Australia

NSW considers tougher restrictions for border towns as Victoria records 134 new coronavirus cases

Authorities are scrambling to prepare Melbourne for a lockdown that will come into effect at 11.59pm on Wednesday night. Source: AAP

NSW residents have been warned to avoid going to towns near the border with Victoria, while residents living close to the border have been urged to stay put.

NSW Premier Gladys Berejiklian has flagged the possibility of imposing restrictions on border towns after Victoria recorded another 134 new coronavirus infections on Wednesday morning. 

The Victoria-NSW border was closed for the first time in 100 years on Tuesday night in a drastic effort to stop the Melbourne outbreak spreading further. 

NSW residents living in towns near the Victorian border have been warned not to travel to other parts of the state, with the premier flagging further action may be needed to isolate those communities.

"The probability of contagion in NSW - given what's happening in Victoria - is extremely high," she told reporters. 

"The probability that we need to be tougher on those border restrictions is extremely high. The government is considering what further action we take to make sure the bubble of these border communities is maintained."

NSW on Wednesday recorded eight new COVID-19 cases including seven in hotel quarantine and a woman in her 30s from southwest Sydney. The woman's case remains under investigation. 

A teenager on holiday in Merimbula has also tested positive for the virus. 

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Victoria recorded 134 new coronavirus infections on Wednesday morning as Melburnians prepared for a looming six-week lockdown. 

Premier Daniel Andrews on Wednesday said 75 infections had been recorded in the nine Melbourne public housing towers that are currently under total lockdown. 

"We are all working as hard as we can, doing the very best that we can, and we know that we're asking a lot of Victorians and we know, of course, that we didn't want to be in the position that we are in," Mr Andrews told reporters.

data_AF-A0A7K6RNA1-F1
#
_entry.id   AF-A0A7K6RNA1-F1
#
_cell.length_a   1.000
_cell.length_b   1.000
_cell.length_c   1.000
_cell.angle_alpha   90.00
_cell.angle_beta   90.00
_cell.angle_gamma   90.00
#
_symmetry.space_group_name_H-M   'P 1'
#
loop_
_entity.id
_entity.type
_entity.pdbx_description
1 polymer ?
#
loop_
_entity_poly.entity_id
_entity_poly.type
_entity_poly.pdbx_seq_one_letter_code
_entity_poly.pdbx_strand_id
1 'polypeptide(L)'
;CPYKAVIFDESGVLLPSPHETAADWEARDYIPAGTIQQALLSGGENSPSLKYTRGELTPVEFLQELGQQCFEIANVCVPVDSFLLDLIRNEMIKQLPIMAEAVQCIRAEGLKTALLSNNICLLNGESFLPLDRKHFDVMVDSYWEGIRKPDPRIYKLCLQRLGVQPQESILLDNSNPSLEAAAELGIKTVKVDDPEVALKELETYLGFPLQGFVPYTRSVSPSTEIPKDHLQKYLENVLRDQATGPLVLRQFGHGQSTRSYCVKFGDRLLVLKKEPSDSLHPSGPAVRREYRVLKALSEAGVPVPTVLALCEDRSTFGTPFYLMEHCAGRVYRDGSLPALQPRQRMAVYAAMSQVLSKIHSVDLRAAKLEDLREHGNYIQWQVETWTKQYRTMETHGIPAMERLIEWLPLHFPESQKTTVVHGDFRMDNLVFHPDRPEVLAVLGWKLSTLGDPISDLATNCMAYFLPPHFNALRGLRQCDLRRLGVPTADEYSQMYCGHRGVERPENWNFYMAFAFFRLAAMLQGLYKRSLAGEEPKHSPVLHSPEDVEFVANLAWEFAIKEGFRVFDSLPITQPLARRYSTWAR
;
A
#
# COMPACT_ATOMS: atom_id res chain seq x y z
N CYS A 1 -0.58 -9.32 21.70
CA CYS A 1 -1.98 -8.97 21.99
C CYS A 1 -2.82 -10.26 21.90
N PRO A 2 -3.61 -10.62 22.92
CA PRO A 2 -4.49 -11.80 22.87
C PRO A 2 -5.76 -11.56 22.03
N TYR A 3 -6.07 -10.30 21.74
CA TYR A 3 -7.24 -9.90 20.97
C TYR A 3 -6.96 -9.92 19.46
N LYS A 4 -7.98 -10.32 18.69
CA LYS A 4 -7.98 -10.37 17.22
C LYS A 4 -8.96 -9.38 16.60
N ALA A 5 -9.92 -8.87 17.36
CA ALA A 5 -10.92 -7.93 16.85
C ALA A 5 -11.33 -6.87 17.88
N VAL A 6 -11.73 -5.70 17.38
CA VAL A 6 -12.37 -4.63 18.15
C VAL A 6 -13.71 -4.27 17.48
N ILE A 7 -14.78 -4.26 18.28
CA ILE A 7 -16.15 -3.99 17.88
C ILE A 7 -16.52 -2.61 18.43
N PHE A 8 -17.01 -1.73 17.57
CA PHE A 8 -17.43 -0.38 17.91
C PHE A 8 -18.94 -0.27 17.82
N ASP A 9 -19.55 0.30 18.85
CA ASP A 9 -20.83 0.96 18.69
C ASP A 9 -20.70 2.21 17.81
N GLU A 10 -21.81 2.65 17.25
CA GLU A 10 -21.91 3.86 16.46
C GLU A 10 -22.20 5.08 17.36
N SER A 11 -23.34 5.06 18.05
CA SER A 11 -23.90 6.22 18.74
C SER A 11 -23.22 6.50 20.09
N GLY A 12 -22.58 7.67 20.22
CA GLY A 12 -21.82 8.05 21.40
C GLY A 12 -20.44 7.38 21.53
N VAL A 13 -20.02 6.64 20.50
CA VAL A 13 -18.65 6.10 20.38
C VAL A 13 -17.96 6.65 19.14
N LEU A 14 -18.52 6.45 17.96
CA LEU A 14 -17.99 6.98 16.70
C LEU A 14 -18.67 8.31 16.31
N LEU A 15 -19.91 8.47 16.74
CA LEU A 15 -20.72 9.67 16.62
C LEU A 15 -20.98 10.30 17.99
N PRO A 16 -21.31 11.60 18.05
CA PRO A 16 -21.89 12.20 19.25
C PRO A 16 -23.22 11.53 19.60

At midnight on Wednesday, metropolitan Melbourne and Mitchell Shire will revert to stage three coronavirus restrictions, in a bid by the state government to regain control over a growing epidemic.

"If we all work together over these next six weeks, as painful and frustrating and difficult as that will be, we will be able to get to the other side of this stay-at-home period," Mr Andrews said. 

"We'll all be working incredibly hard, incredibly hard, day and night, to deliver that outcome. Of course, every Victorian has to join us in that effort. I'm confident they will."

Mr Andrews also apologised on Wednesday for the hardship many Victorian families would endure over the next six weeks. 

"I apologise for the inconvenience, the great challenge that many, many Victorian families are going to have to experience over these next six weeks. It's not where we wanted to be," he said. 

"But we can't go back. We can't change those things that have got us to this point. We can only respond appropriately and that involves everyone following the rules because they are rules that are there for everyone."

However, he refused to shy away from comments he made on Tuesday, where he criticised some Victorians for becoming complacent about the COVID-19 threat. 

"I think that's an accurate description of the way some people are behaving," he said on Wednesday. 

"Part of my job is to be as frank and as clear as I possibly can and that's exactly what I've done."

Authorities hoped to complete testing at the nine public housing towers by the end of Wednesday, Mr Andrews said. 

Some 3000 people are living under a total lockdown inside the public housing towers. 

"We are very confident that we will be able to complete testing today," Mr Andrews said. 

"I again say to every single resident in those towers you will be under these restrictions for not a moment longer than you need to be, for your safety, for your health and welfare, as well as for public health."

Residents in affected public housing towers who need access to support and assistance should call the Housing Call Centre on 1800 961 054. If you need a translator, first call 131 450. Both services are 24/7. More information can be found here.

People in Australia must stay at least 1.5 metres away from others. Check your state’s restrictions on gathering limits.

If you are experiencing cold or flu symptoms, stay home and arrange a test by calling your doctor or contact the Coronavirus Health Information Hotline on 1800 020 080.

News and information is available in 63 languages at sbs.com.au/coronavirus  

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